10. Rap Snitch Knishes ft Mr Fantastik (2004)
“True, there’s rules to this s***, fools dare care / Everybody wanna rule the world with tears for fear / Yeah yeah tell ’em tell it on the mountain hill / Running up they mouth bill, everybody doubting still…”
Compared to his 1999 classic Doomsday, the concept album (based around food) MM… Food may fall a little short (it’s a bit too short when all the skits are not counted and the production is not as consistent as Doomsday’s), but it still is one of 2004’s best Hip Hop albums. This song is one of the album’s highlights, with a dope performance by guest Mr Fantastik and DOOM dropping a verse laced with Quotables, as always.
9. Victory Laps (as DOOMSTARKS) ft Ghostface Killah (2011)
“Bust off your straps after Victory Laps / For a rhyme-o-cidal maniac, rap run runners / Kingpin numbers they kick knee-slap skat / Dreidel loose, Villain on the track in your town / Like Ringling Brothers, bring rings around clowns…”
Following up on the great synergy they had on a collaboration track from the 2005 The Mouse And The Mask album, MF DOOM and Ghostface Killah release this dope track – sort of a teaser for a full-length DOOMSTARKS album that fans have been anticipating for over ten years now. Will we ever see it…?
8. Hey! (1999)
“I only play the games that I win at / And stay the same with more rhymes than there’s ways to skin cats / As a matter of fact, let me rephrase: / With more rhymes and more ways to fillet felines these days…”
A haunting and masterful track from Operation Doomsday – just gotta just love the sampling of that Scooby Doo villain instrumental!
7. The Mask (as Danger Doom) ft Ghostface Killah (2005)
“Head on straight, mask on crooked / Exit stage left, with the cash gone took it…”
Danger Doom is an excellent collaboration album by Danger Mouse and MF Doom. The album consists almost entirely of raps by MF DOOM, performed over beats crafted by Danger Mouse. This track guests Ghostface Killah, who has great synergy with MF DOOM. If only that DOOMSTARKS album ever sees the light…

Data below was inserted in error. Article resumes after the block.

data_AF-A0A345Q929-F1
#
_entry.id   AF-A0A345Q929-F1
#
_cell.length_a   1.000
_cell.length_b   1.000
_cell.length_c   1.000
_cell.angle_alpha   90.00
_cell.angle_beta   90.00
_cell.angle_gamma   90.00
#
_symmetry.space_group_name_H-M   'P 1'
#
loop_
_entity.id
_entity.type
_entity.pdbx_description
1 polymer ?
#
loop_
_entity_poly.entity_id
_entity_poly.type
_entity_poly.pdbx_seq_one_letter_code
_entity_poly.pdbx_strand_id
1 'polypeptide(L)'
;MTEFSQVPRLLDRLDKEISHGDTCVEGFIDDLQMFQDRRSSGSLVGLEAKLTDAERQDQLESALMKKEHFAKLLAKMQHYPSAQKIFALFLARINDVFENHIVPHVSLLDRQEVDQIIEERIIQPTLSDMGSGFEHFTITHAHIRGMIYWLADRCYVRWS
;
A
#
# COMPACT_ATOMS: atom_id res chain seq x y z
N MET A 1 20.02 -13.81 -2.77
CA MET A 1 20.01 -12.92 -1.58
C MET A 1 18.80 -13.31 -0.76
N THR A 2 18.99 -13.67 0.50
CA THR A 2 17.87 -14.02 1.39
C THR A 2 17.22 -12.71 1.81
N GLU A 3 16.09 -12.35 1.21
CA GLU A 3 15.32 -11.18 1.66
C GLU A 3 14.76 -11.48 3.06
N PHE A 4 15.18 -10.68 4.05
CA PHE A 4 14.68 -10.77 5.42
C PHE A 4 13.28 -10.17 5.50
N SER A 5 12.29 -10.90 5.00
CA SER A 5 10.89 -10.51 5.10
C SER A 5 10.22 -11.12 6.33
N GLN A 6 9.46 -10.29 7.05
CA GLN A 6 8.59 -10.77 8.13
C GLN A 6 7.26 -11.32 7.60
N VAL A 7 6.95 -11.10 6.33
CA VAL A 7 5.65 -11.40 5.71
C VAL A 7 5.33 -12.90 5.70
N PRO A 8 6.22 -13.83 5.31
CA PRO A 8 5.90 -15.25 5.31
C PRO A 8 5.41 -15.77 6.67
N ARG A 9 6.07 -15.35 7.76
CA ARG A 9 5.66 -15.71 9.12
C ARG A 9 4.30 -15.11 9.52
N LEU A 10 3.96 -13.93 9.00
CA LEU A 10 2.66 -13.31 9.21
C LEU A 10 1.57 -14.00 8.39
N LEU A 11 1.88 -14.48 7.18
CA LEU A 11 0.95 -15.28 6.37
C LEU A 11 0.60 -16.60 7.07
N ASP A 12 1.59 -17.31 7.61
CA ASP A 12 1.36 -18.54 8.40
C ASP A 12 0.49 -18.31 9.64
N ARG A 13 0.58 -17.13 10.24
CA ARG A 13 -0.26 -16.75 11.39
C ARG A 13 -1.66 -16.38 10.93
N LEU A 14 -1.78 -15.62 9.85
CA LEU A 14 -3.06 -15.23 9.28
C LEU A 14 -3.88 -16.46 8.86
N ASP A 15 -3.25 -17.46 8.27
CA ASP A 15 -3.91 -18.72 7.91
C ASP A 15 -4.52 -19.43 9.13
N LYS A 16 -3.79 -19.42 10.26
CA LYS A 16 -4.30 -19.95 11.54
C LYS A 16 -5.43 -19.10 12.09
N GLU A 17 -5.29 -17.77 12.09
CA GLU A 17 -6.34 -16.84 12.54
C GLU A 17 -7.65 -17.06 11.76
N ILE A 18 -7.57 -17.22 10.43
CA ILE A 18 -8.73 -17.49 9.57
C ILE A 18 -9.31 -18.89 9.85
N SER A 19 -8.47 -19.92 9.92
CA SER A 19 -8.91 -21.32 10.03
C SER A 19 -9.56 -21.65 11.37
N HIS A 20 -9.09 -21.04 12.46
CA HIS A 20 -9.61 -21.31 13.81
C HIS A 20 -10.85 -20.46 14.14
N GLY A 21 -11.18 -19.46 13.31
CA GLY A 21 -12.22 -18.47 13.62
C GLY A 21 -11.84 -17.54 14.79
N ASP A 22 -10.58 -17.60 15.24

6. Hoe Cakes (2004)
“DOOM was always known to keep the best girls’ backs bent / Some say it’s the eyes, some say the accent…”
“Hoe Cakes” shows us MF Doom at his best, playing off the beat with its “Super!” sample. A funny take on ‘sex rhymes’, done in MF DOOM’s trademark oddball style. Super!
5. Rhymes Like Dimes (1999)
“I sell rhymes like dimes / The one who mostly keep cash but brag about the broker times / Joking rhymes, like the “Is you just happy to see me?” trick / Classical slapstick rappers need Chapstick…”
A signature DOOM track, with has him free-associating all over the place. One of the best lyrical tracks in Hip Hop, bar none.
4. Fazers (as King Geedorah) (2003)
“King Geedorah, take me to your leader / Quick to claim that he not no snake like “me neither” / They need to take a breather / He been rhyming longer than Sigmund the sea creature…”
Take Me To Your Leader is sorely slept on – a tight, cohesive album filled with classic DOOM tracks. This is one of the stand-outs and features one of DOOM’s best verses ever over an epic beat.
3. Gazillion Ear (2009)
“Villain man never ran with krills in his hand and / Won’t stop rockin’ til he clocked in a gazillion grand / Tillin’ the wasteland sands / Raps on backs of treasure maps, stacks to the ceiling fan…”
The opening track of his 2009 album Born Like This has DOOM going off like crazy and showing everybody he still is on top of his game. With the changing beat and DOOM’s impeccable flow this one is a surefire classic.
2. All Caps (as Madvillain) (2004)
“Just remember ALL CAPS when you spell the man name…”
Perhaps the easiest accessible track on the monumental Madvillainy album and therefore the best suited to pick as an individual song to show the epicness of DOOM’s and Madlib’s classic collaboration. In his trademark abstract way, he conveys a quite simple message: always remember it’s MF DOOM, not MF Doom. All Caps.
1. Doomsday (1999)
“I used to cop a lot but never copped no drop / Hold mics like pony tails tied in bobbalobs / Stop and stick around, come through and dig the sound / Of the fly brown 6-0 sicko psycho who throws his d*** around…”
The title track of DOOM’s Operation Doomsday is the perfect opening track to an epic album. Masterful sampling, dope scratching, and excellent emceeing over a delicious beat – simply flawless.